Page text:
I woke up wondering how “Forward Focus” might be useful beyond traditional Start Line Stays and Freestyle, so this morning I set up a couple of simple sequences that allowed me to ask my dogs the following questions:
1) Can you look where I’m looking…and pointing with my body language vs. look at the obstacle I’m standing closest to, or behind, even if that obstacle is a tunnel?
2) Can you perform 180 turns away from me and a tunnel, and run through a sequence of hoops behind you, with me standing next to or behind the tunnel?
Lil and Jake answered YES to all the challenges I presented them with. I think Australian Terriers are exceptionally smart but I also think dogs naturally look where we are looking (and where we are pointing towards with body language) so it’s just a matter of rewarding their natural response to look where we are looking enough times to be able to then use Forward Focus to enhance the performance of what many would call “challenging” behaviors.
An added benefit of practicing Forward Focus with choices might be for dogs who like to decide for themselves what the opening sequence is vs. waiting for their handlers to show them the correct opener. I suppose another benefit could be for dogs who self-release as soon as they focus on what they think is the first obstacle. Regardless of those benefits, I see this game as another fun way to reinforce solid Start Line Stays while upping the ante in new and unexpected ways.
A one minute video about the advantages of training Forward Focus for start lines in agility. Although I initially trained this behavior for Freestyle, I often ask for it at the start line while waiting for the judge to say Good Luck.
It’s also great for proofing start line stays because many dogs break their stay as soon as they look down the first line of obstacles and anticipate being released. I see it as a great test of impulse control: Can my dogs look down a line of obstacles in front of them, while I lead out… yet continue to wait until released.
In this session, Lil is practicing “forward focus” while looking at nothing (in particular). In the past couple of days she has begun to offer the behavior in her day-to-day life (which I’ve been rewarding) and is able to hold “forward focus” for a bit longer. She is one smart little girlie!
For non-dog training fanatics, this video might be like watching paint dry but this is a very complex trick to train. Dogs have zero natural incentive to look at nothing so the fact that Lil is willing to stare into the distance for even a moment or two means she understands what I am asking of her and she trusts that she will be rewarded even if she cannot see me when she is doing the behavior.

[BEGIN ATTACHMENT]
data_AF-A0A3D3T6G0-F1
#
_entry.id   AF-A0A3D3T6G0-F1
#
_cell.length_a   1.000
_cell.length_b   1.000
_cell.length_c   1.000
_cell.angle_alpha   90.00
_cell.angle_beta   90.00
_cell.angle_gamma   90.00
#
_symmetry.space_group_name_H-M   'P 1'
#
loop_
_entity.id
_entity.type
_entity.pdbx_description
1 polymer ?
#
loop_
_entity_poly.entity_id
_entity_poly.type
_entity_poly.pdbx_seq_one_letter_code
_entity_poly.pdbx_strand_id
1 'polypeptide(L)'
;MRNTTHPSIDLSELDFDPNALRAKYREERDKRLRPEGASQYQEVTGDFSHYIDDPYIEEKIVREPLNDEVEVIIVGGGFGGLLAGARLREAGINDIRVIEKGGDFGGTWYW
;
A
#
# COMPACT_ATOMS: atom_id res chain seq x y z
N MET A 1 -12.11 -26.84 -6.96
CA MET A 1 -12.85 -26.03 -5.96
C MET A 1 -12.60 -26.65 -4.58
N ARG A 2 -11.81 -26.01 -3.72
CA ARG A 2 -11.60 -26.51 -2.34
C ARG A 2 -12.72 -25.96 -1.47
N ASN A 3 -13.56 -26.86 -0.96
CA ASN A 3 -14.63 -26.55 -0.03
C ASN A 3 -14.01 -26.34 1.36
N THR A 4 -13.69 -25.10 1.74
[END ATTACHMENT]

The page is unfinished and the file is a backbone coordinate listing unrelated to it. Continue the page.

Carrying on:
Let me start by stating how much I dislike ice. Snow is fine, but a thin layer of snow over a thin layer of ice is not what I call fun. As a result, I’ve been trying to come up with interesting new indoor games to play with Jake and Lil for 3 days in a row. More than anything my dogs need mental stimulation, so I’ve been combining variations of “eye gaze” and “forward focus” games with the goal of training a new cool looking freestyle trick.
The thing you cannot see in the video is that I am looking forward (in the direction I want my dogs to look)
If you live in the Northeast, you learn to dread the term “wintry mix.” Well, that is what happened overnight and now we have a thin layer of ice on top of 1/2 inch snow. YUCKO! I didn’t intentionally train Jake and Lil to understand what I mean when I say EASY or CAREFUL but luckily through sheer repetition, they both know what those words mean. Both dogs made it safely down (and then back up) the steps to the yard this AM.
I’ve not been video taping training sessions lately but I was inspired to pull out my video camera in order to capture a couple of training sessions with Jake and Lil practicing “Forward Focus” to share with a friend who wants to train her dog to look forward vs. at her.
(video above) I didn’t initially use a Manner’s Minder to train Forward Focus but thought it would be an easy way to do it. I also thought using a platform would make it easier for a dog who was just beginning to learn this skill to WAIT before being released.
(video above) The next day I used a toy instead of the Manner’s Minder and moved to a different location in the living room. I decided to include all repetitions so my friend could see that it is OK to make mistakes as long as we get it right more often than not and are fair to our dogs when we screw up our training mechanics. I think Jake and Lil are quite forgiving of my screw-ups and are happy to keep playing with me.
The second video is long, so you may want to skip ahead to 6:35 where Lil does a few 180 turns away from me and waits while looking forward, before I release her to a ball tossed over her head. This was the freestyle trick that inspired me to train “forward focus at nothing” in the first place.
One more quick note: The reason I kneeled down for some reps was to change the “picture” my dogs see when lining up at my side. For me, the benefit of kneeling is to experience what it would be like to work with big dogs, whose mouths are right there for easy feeding vs. way down near my feet. It sure makes delivering rewards easier.